I worked at a company that, for security reasons, did not give developers direct access to the logs for the applications they deployed. Instead, developers had access to a 3rd party app that conglomerated all the logs of all the applications of all of the environments. If you can see logs for your actions as soon as they occur, then there’s nothing wrong with this. The problem was that this 3rd party app would become a bottleneck that all logs had to go through. As a result, there could be up to a 30 minute delay for some logs.
This creates an unreasonably long feedback loop for developers who are trying to debug issues. Imagine you think you’ve fixed an issue so you test it and then you have to wait 30 minutes to see if it worked. What if it didn’t? Well, there goes a whole hour down the drain.
There are many ways to solve this problem but they all result in the same outcome: Developers need instantaneous feedback from logs. Even a 5 second delay can be troubling. Because when a production server generates a lot of noise, it can be difficult to figure out what logs you’re generating and what everyone else is generating. This is difficult even when there’s a zero second delay. Any amount of delay exacerbates the issue.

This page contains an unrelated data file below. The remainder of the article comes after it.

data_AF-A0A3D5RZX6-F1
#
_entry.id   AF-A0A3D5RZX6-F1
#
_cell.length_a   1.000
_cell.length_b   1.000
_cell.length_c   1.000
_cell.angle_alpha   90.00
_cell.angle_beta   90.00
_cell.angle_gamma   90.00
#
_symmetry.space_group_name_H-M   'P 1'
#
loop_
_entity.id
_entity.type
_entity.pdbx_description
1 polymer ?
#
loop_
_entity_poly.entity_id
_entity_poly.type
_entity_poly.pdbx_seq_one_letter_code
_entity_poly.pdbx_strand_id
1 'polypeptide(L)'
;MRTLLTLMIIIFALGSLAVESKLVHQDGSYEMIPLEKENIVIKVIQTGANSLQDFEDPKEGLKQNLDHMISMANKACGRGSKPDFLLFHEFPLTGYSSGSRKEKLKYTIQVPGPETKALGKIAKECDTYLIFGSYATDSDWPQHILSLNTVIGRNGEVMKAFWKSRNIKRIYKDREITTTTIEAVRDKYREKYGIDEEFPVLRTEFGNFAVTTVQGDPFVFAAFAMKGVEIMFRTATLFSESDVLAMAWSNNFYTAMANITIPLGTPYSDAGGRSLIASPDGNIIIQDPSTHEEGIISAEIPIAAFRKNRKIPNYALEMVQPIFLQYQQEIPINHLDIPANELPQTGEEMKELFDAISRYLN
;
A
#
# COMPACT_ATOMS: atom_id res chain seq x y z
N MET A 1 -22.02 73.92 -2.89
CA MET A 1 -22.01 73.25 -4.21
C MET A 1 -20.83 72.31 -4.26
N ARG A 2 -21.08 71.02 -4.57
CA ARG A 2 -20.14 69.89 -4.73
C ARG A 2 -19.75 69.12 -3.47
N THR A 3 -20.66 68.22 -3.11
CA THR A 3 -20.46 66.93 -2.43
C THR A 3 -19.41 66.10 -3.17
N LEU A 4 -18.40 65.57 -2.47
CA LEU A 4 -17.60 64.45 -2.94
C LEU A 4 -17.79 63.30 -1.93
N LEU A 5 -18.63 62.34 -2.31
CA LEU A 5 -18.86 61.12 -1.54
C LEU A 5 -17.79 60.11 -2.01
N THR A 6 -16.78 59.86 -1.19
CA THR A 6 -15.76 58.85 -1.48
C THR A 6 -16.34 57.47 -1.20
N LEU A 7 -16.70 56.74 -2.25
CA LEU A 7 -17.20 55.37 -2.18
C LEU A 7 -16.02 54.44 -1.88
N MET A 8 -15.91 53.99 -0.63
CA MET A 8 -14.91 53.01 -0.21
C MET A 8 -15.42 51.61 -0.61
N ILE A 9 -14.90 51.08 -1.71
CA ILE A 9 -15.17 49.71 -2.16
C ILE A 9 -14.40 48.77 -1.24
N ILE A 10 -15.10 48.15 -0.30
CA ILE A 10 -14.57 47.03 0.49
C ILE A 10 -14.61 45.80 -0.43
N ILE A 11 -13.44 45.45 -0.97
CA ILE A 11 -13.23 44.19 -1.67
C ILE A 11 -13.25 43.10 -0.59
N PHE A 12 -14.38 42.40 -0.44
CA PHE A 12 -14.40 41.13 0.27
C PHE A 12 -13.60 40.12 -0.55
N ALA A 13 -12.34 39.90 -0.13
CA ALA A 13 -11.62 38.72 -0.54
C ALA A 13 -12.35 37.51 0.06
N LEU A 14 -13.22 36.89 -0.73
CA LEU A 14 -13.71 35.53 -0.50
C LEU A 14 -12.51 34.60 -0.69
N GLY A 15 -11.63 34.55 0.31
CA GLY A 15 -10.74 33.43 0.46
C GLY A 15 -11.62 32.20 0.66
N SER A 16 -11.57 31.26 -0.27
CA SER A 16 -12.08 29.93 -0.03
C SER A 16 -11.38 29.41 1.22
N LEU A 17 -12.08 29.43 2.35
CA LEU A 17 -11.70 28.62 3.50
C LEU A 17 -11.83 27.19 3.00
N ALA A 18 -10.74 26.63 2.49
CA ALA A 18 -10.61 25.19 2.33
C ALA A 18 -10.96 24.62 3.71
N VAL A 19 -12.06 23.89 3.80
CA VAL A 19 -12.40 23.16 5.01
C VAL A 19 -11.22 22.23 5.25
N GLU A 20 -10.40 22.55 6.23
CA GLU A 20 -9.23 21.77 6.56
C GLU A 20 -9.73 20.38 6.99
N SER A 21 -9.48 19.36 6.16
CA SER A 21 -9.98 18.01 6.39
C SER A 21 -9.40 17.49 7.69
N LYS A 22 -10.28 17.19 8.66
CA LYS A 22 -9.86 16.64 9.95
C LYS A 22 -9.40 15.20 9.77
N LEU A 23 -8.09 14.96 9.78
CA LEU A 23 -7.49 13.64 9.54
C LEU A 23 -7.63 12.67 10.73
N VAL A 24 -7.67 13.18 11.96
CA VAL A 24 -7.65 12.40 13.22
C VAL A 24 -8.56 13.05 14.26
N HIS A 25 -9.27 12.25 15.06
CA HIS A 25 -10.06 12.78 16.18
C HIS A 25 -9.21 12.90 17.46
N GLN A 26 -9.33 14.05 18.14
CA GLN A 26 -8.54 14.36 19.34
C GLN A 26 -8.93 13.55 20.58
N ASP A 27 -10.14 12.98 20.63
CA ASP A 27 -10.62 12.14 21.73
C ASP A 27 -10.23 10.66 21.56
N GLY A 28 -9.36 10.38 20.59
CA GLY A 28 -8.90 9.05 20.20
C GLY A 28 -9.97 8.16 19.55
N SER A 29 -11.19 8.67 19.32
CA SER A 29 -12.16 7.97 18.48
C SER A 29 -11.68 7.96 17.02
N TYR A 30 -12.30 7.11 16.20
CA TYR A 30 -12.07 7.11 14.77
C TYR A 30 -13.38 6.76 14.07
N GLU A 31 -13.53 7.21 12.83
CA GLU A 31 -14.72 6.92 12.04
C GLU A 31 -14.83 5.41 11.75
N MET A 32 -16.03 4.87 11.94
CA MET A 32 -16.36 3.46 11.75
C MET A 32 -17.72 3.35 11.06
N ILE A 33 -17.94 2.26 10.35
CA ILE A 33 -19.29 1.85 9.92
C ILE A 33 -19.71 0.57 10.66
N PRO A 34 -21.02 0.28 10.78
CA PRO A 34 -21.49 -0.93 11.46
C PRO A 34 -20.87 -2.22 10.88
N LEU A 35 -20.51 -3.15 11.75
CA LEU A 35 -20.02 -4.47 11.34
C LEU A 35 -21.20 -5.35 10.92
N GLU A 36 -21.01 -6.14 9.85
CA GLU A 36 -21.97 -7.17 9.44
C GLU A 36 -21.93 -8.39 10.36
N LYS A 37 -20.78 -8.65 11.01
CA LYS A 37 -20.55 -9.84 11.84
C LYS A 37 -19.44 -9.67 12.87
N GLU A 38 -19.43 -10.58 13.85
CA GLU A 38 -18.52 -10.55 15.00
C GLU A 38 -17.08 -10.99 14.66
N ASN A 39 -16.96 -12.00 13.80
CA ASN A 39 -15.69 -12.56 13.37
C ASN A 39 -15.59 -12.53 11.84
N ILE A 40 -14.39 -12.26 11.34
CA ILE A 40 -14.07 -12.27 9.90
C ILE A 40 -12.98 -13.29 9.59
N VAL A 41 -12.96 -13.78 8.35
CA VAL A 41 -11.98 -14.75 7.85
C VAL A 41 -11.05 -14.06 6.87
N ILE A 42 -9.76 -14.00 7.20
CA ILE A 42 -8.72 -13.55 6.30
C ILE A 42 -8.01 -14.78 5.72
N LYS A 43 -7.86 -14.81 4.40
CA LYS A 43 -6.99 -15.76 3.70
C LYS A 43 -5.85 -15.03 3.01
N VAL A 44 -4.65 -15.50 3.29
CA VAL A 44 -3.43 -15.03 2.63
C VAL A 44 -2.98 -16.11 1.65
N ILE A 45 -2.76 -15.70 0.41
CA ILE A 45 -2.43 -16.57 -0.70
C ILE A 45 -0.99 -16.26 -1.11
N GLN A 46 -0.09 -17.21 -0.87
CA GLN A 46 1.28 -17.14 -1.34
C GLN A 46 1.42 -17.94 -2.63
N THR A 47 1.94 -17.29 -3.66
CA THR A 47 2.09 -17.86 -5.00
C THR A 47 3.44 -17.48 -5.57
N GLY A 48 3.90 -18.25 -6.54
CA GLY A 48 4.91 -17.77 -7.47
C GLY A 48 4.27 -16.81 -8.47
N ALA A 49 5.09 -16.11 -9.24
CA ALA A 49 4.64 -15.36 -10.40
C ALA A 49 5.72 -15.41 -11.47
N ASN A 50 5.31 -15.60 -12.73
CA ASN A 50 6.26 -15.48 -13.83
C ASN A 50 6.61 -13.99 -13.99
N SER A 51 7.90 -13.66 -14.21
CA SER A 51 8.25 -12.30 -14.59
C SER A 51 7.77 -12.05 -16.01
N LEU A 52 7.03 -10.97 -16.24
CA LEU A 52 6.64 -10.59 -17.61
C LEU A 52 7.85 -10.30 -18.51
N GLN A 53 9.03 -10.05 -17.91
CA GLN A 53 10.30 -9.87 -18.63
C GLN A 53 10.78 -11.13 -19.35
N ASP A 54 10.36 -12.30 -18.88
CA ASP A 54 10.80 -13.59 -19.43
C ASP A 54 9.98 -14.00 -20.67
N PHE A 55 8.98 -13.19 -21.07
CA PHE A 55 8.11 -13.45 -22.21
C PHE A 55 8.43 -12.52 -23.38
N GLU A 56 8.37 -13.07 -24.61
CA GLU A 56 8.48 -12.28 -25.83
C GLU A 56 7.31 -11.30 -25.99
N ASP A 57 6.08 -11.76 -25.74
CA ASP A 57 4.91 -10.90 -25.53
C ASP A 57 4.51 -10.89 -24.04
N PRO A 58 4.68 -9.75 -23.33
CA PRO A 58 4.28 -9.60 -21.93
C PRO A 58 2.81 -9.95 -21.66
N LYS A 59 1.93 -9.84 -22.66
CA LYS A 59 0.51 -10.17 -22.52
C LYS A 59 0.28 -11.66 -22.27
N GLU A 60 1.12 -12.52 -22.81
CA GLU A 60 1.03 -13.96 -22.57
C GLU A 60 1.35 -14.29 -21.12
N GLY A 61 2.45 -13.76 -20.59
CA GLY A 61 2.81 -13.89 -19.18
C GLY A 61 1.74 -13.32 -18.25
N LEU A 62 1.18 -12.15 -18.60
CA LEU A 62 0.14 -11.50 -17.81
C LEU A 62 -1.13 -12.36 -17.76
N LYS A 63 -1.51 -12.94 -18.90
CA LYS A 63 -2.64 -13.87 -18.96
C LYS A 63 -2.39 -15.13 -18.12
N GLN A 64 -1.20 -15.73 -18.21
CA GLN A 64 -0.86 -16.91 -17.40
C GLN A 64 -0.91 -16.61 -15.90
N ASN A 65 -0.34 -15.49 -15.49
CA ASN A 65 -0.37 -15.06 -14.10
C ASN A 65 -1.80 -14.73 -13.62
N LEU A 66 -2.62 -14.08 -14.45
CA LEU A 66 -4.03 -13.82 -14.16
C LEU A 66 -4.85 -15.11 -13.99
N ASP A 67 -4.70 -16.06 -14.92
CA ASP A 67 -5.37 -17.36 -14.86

If you need a 3rd party app for security purposes, make sure it doesn’t delay the ability to view logs. This is like taking away a carpenter’s hammer. These are tools developers need. Instead, find a log viewer that has no delay. If the log viewer has so much data going through it that it has a delay, then figure out a way to cluster these viewers onto multiple servers.
For some, it may be more convenient to have the logs in one place. But for developers, it is not only inconvenient, but unproductive. Those people that would prefer to have the logs in one place should have their own dedicated, laggy server that they can use at their leisure. Let the developers have a blazing fast one with instantaneous feedback.